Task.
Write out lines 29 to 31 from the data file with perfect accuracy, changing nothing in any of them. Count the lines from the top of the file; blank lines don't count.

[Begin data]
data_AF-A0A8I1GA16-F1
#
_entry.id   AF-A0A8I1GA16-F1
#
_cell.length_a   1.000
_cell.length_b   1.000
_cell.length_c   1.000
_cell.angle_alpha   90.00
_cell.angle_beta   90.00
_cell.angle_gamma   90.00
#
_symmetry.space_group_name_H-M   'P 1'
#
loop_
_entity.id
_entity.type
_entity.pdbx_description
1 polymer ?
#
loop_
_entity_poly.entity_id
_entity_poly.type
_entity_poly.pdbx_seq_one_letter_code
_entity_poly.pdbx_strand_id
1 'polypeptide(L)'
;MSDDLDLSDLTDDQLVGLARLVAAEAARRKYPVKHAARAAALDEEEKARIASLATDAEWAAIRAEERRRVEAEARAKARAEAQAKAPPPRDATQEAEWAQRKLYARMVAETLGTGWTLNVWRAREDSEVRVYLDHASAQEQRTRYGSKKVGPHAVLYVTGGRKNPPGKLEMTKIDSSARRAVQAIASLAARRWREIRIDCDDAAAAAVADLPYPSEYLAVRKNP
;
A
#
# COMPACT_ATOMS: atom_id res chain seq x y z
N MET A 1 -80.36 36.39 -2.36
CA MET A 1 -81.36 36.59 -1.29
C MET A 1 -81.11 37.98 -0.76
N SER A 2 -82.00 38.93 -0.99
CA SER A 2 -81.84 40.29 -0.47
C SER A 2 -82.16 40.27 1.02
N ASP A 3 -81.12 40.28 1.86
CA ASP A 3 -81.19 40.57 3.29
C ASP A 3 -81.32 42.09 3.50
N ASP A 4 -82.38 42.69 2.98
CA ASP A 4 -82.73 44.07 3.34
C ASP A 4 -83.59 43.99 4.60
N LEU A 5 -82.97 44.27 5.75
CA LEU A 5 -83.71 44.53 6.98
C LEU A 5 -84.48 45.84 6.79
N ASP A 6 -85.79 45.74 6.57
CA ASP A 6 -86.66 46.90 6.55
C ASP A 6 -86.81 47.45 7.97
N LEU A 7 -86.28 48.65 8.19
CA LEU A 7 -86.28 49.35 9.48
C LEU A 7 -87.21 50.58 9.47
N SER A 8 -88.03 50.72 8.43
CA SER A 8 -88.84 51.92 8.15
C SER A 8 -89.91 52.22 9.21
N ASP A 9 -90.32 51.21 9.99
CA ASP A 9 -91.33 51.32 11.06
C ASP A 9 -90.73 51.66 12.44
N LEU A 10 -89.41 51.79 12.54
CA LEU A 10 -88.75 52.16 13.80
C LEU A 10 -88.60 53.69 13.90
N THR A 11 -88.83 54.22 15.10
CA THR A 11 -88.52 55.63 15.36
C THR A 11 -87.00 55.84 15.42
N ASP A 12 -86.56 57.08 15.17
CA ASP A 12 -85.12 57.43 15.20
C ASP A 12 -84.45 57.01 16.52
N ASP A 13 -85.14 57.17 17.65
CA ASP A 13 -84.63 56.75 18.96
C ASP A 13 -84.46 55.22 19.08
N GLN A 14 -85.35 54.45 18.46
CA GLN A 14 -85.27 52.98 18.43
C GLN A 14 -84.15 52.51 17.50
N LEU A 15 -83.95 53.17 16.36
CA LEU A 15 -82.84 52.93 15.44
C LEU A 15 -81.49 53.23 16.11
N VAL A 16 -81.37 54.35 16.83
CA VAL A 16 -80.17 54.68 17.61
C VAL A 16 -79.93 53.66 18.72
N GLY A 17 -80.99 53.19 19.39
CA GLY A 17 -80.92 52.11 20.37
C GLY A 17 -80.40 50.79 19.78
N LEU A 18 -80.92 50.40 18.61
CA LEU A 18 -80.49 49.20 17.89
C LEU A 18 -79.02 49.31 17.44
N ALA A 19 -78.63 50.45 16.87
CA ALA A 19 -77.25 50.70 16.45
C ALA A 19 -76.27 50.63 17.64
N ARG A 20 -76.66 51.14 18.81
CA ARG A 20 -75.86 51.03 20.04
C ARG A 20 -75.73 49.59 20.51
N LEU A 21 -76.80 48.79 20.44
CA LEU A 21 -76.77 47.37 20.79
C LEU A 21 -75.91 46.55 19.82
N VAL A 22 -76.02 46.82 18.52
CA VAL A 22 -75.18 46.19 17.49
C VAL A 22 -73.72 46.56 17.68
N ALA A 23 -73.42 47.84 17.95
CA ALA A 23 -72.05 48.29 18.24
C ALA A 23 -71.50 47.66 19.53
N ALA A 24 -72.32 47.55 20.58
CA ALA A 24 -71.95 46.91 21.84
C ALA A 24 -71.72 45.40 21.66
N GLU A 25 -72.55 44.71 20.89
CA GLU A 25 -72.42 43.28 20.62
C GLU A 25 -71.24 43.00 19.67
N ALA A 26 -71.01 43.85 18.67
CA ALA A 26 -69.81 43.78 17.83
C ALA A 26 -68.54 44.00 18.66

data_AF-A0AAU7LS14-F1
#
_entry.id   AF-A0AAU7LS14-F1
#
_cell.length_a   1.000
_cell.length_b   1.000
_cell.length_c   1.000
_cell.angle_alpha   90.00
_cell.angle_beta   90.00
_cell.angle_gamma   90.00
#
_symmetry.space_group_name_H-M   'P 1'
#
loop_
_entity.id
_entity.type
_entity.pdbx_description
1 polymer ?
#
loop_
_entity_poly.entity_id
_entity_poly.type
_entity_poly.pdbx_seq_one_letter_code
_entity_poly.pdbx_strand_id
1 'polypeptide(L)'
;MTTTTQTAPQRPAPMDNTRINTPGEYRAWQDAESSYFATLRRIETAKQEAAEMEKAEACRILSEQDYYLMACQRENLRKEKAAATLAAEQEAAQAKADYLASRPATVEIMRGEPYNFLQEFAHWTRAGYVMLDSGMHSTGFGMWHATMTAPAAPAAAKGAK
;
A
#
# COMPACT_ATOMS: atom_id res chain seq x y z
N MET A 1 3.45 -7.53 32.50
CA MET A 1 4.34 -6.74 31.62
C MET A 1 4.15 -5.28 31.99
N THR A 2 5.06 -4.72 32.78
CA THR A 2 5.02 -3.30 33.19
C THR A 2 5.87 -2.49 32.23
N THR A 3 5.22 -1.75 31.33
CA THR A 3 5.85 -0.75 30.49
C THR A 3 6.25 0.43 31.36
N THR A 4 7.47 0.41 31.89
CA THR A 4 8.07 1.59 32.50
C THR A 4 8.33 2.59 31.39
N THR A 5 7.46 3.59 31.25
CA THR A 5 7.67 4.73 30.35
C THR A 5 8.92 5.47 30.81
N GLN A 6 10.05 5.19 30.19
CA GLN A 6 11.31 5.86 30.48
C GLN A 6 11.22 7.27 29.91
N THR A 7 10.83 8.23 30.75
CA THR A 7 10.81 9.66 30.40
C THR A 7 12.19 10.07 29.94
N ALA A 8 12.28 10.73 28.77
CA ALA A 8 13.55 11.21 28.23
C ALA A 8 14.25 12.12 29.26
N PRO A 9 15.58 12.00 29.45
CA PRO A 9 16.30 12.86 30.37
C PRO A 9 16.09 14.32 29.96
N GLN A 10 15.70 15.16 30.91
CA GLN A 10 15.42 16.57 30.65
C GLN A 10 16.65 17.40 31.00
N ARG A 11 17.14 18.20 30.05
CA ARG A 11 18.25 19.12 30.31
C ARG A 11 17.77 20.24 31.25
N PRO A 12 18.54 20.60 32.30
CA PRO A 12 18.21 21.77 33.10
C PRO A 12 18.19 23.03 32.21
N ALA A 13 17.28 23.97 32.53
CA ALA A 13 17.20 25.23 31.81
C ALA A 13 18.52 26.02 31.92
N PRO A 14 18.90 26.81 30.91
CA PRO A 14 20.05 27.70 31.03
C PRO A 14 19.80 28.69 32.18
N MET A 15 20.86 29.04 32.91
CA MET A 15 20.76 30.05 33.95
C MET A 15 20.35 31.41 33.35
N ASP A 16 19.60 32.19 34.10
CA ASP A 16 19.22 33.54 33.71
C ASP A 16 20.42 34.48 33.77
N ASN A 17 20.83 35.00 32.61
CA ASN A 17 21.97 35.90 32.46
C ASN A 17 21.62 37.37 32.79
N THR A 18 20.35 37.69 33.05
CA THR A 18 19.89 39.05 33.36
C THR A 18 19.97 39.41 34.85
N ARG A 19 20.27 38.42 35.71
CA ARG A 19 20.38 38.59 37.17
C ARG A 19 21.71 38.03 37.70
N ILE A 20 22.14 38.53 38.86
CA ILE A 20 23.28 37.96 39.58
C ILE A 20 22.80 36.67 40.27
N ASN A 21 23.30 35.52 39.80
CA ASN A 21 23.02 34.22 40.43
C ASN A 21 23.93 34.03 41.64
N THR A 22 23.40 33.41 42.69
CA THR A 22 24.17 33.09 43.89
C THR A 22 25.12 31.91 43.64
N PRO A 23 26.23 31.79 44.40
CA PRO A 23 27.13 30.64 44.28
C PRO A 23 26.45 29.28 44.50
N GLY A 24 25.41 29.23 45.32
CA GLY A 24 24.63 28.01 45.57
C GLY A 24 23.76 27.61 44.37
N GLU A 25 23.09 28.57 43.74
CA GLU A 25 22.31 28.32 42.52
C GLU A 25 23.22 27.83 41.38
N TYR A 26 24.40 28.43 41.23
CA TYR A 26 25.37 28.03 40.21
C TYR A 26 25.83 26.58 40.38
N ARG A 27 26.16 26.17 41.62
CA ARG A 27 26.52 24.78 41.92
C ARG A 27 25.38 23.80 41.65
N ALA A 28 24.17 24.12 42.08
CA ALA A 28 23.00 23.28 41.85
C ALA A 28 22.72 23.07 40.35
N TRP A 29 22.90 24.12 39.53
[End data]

#
# COMPACT_ATOMS: atom_id res chain seq x y z
N MET A 1 -80.36 36.39 -2.36